Anne Rockwell (Apples and Pumpkins / Clouds / Career Day)
Marilyn Sadler (It's Not Easy Being a Bunny / Honey Bunny Funny)
Shel Silversteen (The Giving Tree, Where the Sidewalk Ends, A Light in the Attic)
Peter Spier
Dr. Seuss books
Rosemary Wells (Max & Ruby, and Bunny)
Where the Wild Things Are by Maurice Sendak
Mo Willems Pigeon books
Audrey Wood
Author of the Month

Whew! That was a long list! I hope you can use these authors/titles to help build your at-home library. 

Please let us know if you have any more questions! We sure LOVE hearing from you!!!

Wednesday, January 26, 2011

Letter Cards and Pictures

There are ENDLESS possibilities with letter cards and picture cards. 
You can purchase letter cards and picture cards from any teacher supply store or I have seen them at the dollar store and grocery stores. If you'd rather not purchase them, you can easily make them by printing off pictures and making letters on a word document. Either way works great!

This activity can be effective for a wide range of ages/grades. Below I will give you some ideas of ways you can use this activity to help your child gain a better knowledge of letters and their sounds. This activity builds phonemic awareness; a key component of becoming a great reader and writer.

1. Match the letter to the beginning sound of the picture.
2. Play memory. This game is so versatile, easy and fun. I used it all the time with my first graders to practice vocabulary skills, spelling words, reading and writing skills, and math. You can play it however you want! Below is an example of matching the letter to the beginning sound of the picture. You can also match letters to letters (i.e. b and b) or letters to the ending sound of the picture (n to the picture of a hen). Have your child say the letter and it's sound 3 times when she turns over the letter card and have her say the name of the picture when she turns over the picture card. Have her do this each time she turns over a card so she is ALWAYS learning.
3. Verbal practice. You can simply point to the picture and have your child tell you the beginning sound it makes, or the middle, or the end, or all three!

4. Match the letter to an object in the house. 
(B for Book)
5. Writing. While you are cooking or cleaning or just hanging out with your child, have him write (on paper, with paint, on a white board, using magnets on the fridge) the letter of the beginning sound of objects that are around you. As you're cooking you might point to the Stove and ask your child to write the beginning letter of Stove. It is helpful to point to the object so your child can see and hear the word you are saying. For more advanced children, you can have him write the entire word, write the middle vowel, or ending consonant. You can always switch things up by having your child use different methods of writing (as mentioned earlier) to make it fun and exciting.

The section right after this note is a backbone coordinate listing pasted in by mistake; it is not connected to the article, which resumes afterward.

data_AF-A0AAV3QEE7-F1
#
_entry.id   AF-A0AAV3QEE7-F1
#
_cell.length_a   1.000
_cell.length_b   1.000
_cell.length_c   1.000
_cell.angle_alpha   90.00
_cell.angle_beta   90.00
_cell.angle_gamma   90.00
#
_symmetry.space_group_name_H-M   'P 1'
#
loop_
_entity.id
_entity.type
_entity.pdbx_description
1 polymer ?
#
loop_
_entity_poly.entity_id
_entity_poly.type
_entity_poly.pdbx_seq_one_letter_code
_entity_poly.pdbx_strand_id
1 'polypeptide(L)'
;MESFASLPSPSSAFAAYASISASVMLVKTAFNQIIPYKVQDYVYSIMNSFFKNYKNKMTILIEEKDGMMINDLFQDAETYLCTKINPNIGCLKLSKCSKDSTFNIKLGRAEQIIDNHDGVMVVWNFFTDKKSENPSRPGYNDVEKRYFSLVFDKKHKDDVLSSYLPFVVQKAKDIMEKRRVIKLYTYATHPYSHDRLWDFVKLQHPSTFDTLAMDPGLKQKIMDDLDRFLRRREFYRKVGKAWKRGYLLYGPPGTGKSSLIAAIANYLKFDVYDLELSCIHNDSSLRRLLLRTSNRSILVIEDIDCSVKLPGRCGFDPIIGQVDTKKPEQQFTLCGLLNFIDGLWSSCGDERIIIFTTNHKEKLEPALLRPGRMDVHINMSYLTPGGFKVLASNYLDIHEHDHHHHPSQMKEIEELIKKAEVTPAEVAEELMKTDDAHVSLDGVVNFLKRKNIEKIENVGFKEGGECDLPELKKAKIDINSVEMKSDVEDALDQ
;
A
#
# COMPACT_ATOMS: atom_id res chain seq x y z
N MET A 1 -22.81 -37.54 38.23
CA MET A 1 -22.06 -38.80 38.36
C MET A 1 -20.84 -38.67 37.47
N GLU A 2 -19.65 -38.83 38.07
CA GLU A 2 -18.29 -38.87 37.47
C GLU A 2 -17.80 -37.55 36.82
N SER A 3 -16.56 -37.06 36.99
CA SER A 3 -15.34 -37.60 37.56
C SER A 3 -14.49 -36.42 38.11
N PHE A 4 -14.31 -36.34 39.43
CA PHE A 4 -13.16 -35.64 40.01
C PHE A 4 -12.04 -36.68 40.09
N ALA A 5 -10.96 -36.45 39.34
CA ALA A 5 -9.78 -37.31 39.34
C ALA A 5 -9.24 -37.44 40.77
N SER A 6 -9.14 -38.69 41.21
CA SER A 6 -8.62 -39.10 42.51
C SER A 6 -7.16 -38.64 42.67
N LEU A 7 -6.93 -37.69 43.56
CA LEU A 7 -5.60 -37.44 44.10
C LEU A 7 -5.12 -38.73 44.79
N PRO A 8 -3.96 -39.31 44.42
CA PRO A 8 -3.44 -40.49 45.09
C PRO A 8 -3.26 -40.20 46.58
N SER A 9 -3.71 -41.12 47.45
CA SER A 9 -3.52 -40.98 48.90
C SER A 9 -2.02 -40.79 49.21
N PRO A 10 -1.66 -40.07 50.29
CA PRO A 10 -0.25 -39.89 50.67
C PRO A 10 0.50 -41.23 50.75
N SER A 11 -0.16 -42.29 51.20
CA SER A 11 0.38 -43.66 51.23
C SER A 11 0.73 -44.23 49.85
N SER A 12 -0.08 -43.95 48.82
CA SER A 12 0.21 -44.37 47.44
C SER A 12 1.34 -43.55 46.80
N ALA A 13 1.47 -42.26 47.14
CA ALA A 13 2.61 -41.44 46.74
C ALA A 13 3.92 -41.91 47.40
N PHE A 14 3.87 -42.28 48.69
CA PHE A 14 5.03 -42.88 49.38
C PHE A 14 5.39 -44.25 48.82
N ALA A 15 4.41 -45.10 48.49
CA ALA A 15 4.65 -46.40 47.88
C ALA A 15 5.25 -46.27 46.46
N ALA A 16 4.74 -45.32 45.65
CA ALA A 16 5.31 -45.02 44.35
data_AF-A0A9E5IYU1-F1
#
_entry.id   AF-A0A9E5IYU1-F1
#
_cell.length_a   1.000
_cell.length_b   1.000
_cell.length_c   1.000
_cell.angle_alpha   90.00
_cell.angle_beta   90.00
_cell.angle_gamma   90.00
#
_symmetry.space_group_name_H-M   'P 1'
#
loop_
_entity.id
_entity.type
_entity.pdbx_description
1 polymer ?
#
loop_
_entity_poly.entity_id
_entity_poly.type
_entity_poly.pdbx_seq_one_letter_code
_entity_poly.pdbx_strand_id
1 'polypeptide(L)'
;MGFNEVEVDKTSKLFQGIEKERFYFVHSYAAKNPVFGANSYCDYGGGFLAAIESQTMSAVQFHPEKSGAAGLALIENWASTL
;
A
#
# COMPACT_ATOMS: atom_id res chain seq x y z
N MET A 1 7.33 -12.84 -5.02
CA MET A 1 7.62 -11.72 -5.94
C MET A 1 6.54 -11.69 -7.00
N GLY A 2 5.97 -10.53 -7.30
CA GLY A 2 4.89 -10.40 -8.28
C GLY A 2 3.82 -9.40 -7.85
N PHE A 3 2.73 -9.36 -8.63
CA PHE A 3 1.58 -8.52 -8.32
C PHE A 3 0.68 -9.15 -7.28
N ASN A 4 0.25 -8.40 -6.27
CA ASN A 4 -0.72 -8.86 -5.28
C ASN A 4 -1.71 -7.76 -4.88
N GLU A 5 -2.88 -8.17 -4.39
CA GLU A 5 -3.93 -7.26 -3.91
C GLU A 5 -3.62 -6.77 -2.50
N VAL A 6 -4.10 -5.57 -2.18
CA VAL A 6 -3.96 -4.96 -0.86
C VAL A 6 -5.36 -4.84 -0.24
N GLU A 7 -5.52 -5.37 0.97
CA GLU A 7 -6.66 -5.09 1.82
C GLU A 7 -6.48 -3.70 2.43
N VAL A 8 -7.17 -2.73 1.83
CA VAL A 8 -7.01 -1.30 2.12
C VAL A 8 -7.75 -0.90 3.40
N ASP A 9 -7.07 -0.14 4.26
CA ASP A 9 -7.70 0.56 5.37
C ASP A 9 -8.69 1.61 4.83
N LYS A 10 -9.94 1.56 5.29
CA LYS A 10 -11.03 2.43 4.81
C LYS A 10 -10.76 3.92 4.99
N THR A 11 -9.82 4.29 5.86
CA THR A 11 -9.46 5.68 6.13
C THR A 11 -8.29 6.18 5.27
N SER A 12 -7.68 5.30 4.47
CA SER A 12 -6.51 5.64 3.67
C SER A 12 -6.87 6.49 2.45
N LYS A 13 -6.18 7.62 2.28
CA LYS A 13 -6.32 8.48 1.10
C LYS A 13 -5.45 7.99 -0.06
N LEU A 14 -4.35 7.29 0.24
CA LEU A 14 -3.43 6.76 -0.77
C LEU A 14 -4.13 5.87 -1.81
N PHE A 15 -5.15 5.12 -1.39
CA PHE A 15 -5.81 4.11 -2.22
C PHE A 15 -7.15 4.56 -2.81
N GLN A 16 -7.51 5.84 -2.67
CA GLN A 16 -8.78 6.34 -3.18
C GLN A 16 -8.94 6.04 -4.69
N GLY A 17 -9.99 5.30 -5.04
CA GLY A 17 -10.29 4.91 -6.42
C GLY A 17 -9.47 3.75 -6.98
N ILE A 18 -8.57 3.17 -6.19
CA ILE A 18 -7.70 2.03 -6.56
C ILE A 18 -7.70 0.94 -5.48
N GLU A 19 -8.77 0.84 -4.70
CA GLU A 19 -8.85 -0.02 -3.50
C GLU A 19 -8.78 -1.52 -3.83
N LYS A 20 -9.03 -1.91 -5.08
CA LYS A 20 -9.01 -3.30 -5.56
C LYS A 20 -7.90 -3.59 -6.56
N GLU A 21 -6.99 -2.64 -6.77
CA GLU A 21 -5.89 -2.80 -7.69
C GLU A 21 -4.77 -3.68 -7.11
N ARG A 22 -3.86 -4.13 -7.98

Lastly, with any of these activities, you can switch roles and have your child be the teacher and you be the student! Children LOVE this and they continue to learn as they teach you! 

This activity can be adapted to children as young as 3 years old and up to children as old as 10...or older! Have fun creating new ways to help your children become better readers and writers, as they continue to LOVE to learn.

Tuesday, January 25, 2011

The Results Are In

Thank you for taking the time to vote. We had 61 people vote. Here are the results:
Involvement at home with your child's education
  38 (62%)

Educational concerns (i.e.: with students/teacher)
  10 (16%)

Fun ways of teaching your child at home and on the road
  45 (73%)

Educational websites & resources
  23 (37%)

Volunteering ideas in the classroom
  13 (21%)

Challenging bright students
  24 (39%)

Teaching the basics: reading and math
  30 (49%)

Helping a struggling child
  19 (31%)

Dealing with faculty and teachers in the public school system
  14 (22%)

We are excited to address the following topics first and foremost:
1.      Fun ways of teaching your child at home and on the road.
2.    Involvement at home with your child’s education.
3.     Teaching the basics: reading and math

Indoor Fun

I subscribe to the Parents Magazine. It is a GREAT magazine, full of great advice, insight, and creative ideas. I was reading it yesterday and came across this article that I thought you might enjoy.

mother cooking with her daughter

The article is free to read if you become a member. It is FREE and EASY! I get great e-mails from them from time to time. What other magazines do you get that you enjoy reading and learning from? Please share!

Saturday, January 22, 2011

The Basis of Reading

I always get asked by moms when they should introduce books to their children. The answer is, as soon as possible! Some people thought it was crazy that I was reading to Owen when he was just 2 months old. However, research has proven that babies as young as 2 months can begin to focus on the words in front of them as well as listen to the reader's voice. Therefore making reading important as early as infancy.

Reading aloud is just as important as having your child read to you. As children listen to you read, they begin to pick up on words just by looking at the text. These "sight words" help build their vocabulary and their reading skills. In addition, children hear how your voice fluctuates as you read a story and they begin to mimic your voice allowing them to become more fluent readers. Fluency is the rate at which your child can read (words per minute). 

Now back to the babies. Read with them! Sit down and put your baby in your lap as you show him the book while you read. Point to pictures as you say the words. Use your voice to entertain him. Your baby will get used to sitting still while reading together as well as the "rules" of reading: i.e. holding the book the right way, turning the pages, etc. Your baby will also find it soothing to hear your voice, just as he did in the womb.